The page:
Italian builds replica of 1933 Rudge racer
A development of Rudge’s TT Replica motor, only around 20 Dirt Track model engines were made. This one, which once powered a racing outfit in a TT Rep frame, has been restored to its former glory
Every motorcycle club needs someone like Dante Petrucci. He’s the driving force behind the Italian section of the Rudge Enthusiasts Club and every year at the ASI Motoshow he brings together an impressive display of Rudges and Python-engined specials from companies like Miller, Linx, Ganna and Simoncelli. There’s always a star at his show – one year it was Rudge TT Replicas used by Enzo Ferrari’s race team, other years it has been a double-overhead-cam conversion and a V-twin with a home-made crankcase and Ulster top ends. But this year he brought along a Rudge that could have maintained the pushrod four-valve engine’s competitive edge. In the 1930s Les Graham (who would go on to win the first 500cc World Championship title in 1949 on an AJS Porcupine) and his friend Roy Evans both raced Rudge TT Replicas. They were always looking for ways to improve performance – and that’s where the Dirt Track engine comes into the picture. Rudge Whitworth had introduced the new engine towards the end of 1932. The crankcase mouth was beefed up, as was the cylinder barrel which featured shorter fins. Six through-bolts secured the bronze head to the crankcase, sandwiching the barrel between. The modifications allowed a higher 10:1 compression ratio without the risk of blowing the top end off the bottom. The semiradial head had two parallel inlet valves and a pair of radial exhausts, as on the 1932 TT rep.
Smaller flywheels in the engine, compared to the 500cc TT rep, helped deliver the quicker acceleration demanded by speedway (or dirt track) bikes. Instead of dry sump lubrication with a duplex plunger oil pump, the Dirt Track engine used a total-loss system last seen on the 1928 models. The 1933 Rudge catalogue offered the Dirt Track Model at £79, a whopping £14 more than a 500cc TT Replica, but it would be the last year it would be listed and only about 20 of these DT engines were made. Les Graham got hold of engine number D1, Evans picked up D5 and they mounted them in their race bikes. Evans hitched his Rudge to a sidecar and had many local wins, but was outclassed by 600cc cammy Nortons on longer circuits. Rudge D5 was sold to vintage sports car racer George Burton, who was passengered by Eric Stevens. John Clayton (later president of the Rudge Enthusiasts Club) was the next owner of D5 and its TT Rep chassis.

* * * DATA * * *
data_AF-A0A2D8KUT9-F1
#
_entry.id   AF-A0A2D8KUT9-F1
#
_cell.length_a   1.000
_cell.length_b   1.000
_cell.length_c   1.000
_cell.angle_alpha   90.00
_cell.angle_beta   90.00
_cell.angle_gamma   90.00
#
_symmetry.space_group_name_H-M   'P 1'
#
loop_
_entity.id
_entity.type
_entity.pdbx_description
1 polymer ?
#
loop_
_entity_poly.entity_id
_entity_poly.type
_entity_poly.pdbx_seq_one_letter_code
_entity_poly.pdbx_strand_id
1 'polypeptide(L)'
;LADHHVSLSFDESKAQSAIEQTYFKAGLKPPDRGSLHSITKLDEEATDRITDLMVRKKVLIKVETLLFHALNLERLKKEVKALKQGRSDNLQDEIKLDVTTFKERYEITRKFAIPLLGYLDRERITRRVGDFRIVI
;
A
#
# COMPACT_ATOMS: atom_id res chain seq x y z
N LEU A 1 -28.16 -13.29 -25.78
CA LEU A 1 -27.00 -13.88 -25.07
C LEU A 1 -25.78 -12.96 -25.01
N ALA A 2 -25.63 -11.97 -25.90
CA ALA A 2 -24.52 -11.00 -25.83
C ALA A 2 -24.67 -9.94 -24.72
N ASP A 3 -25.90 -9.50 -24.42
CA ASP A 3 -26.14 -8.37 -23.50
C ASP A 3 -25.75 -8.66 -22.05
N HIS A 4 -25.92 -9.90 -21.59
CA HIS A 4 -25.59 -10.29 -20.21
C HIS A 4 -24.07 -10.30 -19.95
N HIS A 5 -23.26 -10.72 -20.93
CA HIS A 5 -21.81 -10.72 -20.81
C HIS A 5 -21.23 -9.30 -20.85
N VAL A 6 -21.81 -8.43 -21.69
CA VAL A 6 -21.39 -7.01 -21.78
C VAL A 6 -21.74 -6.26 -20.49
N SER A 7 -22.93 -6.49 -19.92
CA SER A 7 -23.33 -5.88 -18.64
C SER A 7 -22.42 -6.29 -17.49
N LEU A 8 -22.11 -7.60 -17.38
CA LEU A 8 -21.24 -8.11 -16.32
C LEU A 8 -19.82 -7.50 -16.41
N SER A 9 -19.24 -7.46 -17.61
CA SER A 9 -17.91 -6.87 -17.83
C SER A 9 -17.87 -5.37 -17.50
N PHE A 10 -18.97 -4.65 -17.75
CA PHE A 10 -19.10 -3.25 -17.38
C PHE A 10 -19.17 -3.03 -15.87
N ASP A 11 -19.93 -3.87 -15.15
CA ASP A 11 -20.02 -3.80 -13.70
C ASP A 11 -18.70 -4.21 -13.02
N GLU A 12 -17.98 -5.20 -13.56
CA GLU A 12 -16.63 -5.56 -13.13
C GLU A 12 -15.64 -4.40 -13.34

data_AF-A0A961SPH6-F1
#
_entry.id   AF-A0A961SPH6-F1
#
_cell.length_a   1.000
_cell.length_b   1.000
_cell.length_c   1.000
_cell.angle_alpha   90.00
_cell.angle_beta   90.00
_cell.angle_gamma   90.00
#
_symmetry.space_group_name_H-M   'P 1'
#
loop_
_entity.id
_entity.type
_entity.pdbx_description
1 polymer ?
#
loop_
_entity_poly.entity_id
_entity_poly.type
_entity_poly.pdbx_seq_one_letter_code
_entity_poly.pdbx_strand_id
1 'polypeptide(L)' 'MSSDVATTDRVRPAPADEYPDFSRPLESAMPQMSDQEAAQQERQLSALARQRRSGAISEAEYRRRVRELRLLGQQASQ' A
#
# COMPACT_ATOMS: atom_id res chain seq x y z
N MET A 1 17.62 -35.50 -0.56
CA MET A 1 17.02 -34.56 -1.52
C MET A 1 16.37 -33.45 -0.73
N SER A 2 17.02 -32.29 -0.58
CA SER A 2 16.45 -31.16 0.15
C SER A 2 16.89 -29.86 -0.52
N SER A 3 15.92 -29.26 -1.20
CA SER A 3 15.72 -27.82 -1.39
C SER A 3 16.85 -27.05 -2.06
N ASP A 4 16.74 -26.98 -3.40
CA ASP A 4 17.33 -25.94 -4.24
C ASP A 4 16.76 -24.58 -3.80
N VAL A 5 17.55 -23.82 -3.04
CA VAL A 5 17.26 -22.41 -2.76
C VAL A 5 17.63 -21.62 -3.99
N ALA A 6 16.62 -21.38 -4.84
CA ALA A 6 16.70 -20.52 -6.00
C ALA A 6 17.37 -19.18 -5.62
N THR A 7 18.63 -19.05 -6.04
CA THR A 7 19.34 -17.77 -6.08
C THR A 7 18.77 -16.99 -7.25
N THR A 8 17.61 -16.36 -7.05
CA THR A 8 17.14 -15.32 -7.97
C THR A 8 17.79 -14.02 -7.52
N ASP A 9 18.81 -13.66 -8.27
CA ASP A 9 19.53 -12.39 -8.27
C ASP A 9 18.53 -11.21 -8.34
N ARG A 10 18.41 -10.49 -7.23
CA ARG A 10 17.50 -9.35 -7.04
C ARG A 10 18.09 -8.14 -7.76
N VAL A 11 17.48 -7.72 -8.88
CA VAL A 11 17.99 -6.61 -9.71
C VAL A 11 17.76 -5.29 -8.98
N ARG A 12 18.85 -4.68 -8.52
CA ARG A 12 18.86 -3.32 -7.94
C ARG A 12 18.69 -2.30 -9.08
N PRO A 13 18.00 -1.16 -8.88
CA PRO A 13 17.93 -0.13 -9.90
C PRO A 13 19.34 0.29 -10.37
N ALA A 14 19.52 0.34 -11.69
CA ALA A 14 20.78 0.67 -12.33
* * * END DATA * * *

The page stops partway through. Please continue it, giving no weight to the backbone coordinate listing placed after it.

“After John passed away, our friend Walter Baldissin bought Rudge D5. It was dismantled and stored in a wooden box but it was all there,” says Dante, who is also the man behind Registro Storico Italiano Rudge. “I did the historical research while club members Barbadoro Paolo and Massimo Apolloni carried out the restoration. We only needed to buy new valves and springs and a few minor parts, so it was very easy to put it back together. The engine is very strong, and it runs a treat!”
Walter Baldissin owns Rudge D5, which only needed new valves and springs to run again Cylinder fins were skinnier and flywheels made smaller in the Dirt Track for more rapid acceleration 2 Bowden steering damper is cableoperated by a lever on the handlebar, so you don’t have to take your hand off the bar to alter it 3 Semi-radial cylinder head was the same as used on the 1932 TT Replica 4 Bike has been fully restored after being dismantled and stored in a box 5 Italian Rudge enthusiast Dante Petrucci on the bike powered by Dirt Track engine number D5 1